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Type: Artigo de periódico
Title: Behavioural determinants of salt consumption among hypertensive individuals
Author: Cornelio, ME
Gallani, MCBJ
Godin, G
Rodrigues, RCM
Nadruz, W
Mendez, RDR
Abstract: Cornelio M.E., Gallani M.-C.B.J., Godin G., Rodrigues R.C.M., Nadruz Jr W. & Mendez R.D.R. (2012) Behavioural determinants of salt consumption among hypertensive individuals. J Hum Nutr Diet. 25, 334344 Abstract Background: High salt consumption among populations remains a challenge for health professionals dealing with prevention and control of hypertension. The present study aimed to identify the psychosocial predictors of salt consumption among hypertensive individuals, based on an extended version of the Theory of Planned Behaviour (TPB). Three salt consumption behaviours were studied: Behaviour 1 using <4 g of salt per day during cooking; Behaviour 2 avoiding adding salt/table salt use to the prepared foods; and Behaviour 3 avoiding the consumption of foods with high salt content. Methods: At baseline (n = 108), TPB and additional variables (self-efficacy, habit, past behaviour, hedonic determinant, self-perceived diet quality) were measured. At 2-month follow-up (n = 95), the three behaviours were assessed. Behaviour and intention were sequentially regressed on the study variables, using polytomous logistic regression and hierarchical linear regression with rank transformation, respectively. Results: Behaviour 1 was predicted by intention [odds ratio (OR) = 6.23; 95% confidence interval (CI) = 1.8121.52], whereas self-efficacy and habit predicted intention. Behaviour 2 exhibited high score mean and low variation and was predicted by self-perceived diet quality (OR = 2.56; 95% CI = 1.036.36). Behaviour 3 was predicted by the hedonic determinant (OR = 1.42; 95% CI = 1.011.98). Conclusions: The results indicate that salt-related behaviours are explained by a variety of determinants. Among these determinants, special consideration should be given to motivational and hedonic aspects.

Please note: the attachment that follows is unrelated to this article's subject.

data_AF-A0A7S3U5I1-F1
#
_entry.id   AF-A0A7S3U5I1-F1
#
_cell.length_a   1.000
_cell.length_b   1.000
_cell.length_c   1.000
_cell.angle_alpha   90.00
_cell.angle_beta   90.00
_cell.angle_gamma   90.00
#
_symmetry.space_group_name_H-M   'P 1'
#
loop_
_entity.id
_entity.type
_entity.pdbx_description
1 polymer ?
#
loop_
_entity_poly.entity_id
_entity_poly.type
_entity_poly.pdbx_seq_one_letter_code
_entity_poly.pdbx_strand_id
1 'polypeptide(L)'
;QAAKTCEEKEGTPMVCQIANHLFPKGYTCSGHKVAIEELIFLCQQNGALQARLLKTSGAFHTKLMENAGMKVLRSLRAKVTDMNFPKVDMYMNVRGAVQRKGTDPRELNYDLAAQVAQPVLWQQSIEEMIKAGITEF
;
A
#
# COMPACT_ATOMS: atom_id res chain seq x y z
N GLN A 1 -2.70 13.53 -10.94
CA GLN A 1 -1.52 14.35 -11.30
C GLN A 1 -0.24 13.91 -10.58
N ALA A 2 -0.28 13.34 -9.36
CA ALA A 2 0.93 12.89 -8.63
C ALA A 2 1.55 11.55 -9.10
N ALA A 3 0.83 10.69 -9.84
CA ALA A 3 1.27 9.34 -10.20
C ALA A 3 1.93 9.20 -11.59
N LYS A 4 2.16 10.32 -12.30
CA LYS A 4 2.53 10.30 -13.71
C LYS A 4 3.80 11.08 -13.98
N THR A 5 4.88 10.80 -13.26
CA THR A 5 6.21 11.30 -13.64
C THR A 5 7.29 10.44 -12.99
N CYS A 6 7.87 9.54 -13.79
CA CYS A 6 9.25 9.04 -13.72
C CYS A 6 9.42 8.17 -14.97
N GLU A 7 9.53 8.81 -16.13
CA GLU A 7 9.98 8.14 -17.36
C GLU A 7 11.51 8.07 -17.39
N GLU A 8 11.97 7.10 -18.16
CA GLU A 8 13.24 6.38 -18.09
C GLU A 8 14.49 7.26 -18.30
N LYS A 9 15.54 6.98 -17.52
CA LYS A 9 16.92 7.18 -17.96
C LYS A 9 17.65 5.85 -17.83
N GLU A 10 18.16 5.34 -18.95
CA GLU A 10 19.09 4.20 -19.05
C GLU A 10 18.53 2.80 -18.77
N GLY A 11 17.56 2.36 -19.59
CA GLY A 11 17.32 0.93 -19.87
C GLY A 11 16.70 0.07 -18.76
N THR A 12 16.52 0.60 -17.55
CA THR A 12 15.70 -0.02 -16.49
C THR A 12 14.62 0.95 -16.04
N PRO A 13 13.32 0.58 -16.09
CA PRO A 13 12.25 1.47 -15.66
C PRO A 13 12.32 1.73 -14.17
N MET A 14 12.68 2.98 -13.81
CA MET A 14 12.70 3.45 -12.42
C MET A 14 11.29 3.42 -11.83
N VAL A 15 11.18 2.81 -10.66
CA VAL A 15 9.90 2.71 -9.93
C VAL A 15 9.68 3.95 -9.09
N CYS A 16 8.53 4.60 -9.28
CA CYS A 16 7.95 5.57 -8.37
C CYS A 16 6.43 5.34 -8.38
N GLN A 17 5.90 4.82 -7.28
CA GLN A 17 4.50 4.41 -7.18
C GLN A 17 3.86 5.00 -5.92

Subject: dietary
sodium chloride
theory of planned behaviour
Country: EUA
Editor: Wiley-blackwell
Rights: fechado
Identifier DOI: 10.1111/j.1365-277X.2012.01238.x
Date Issue: 2012
Appears in Collections:Unicamp - Artigos e Outros Documentos

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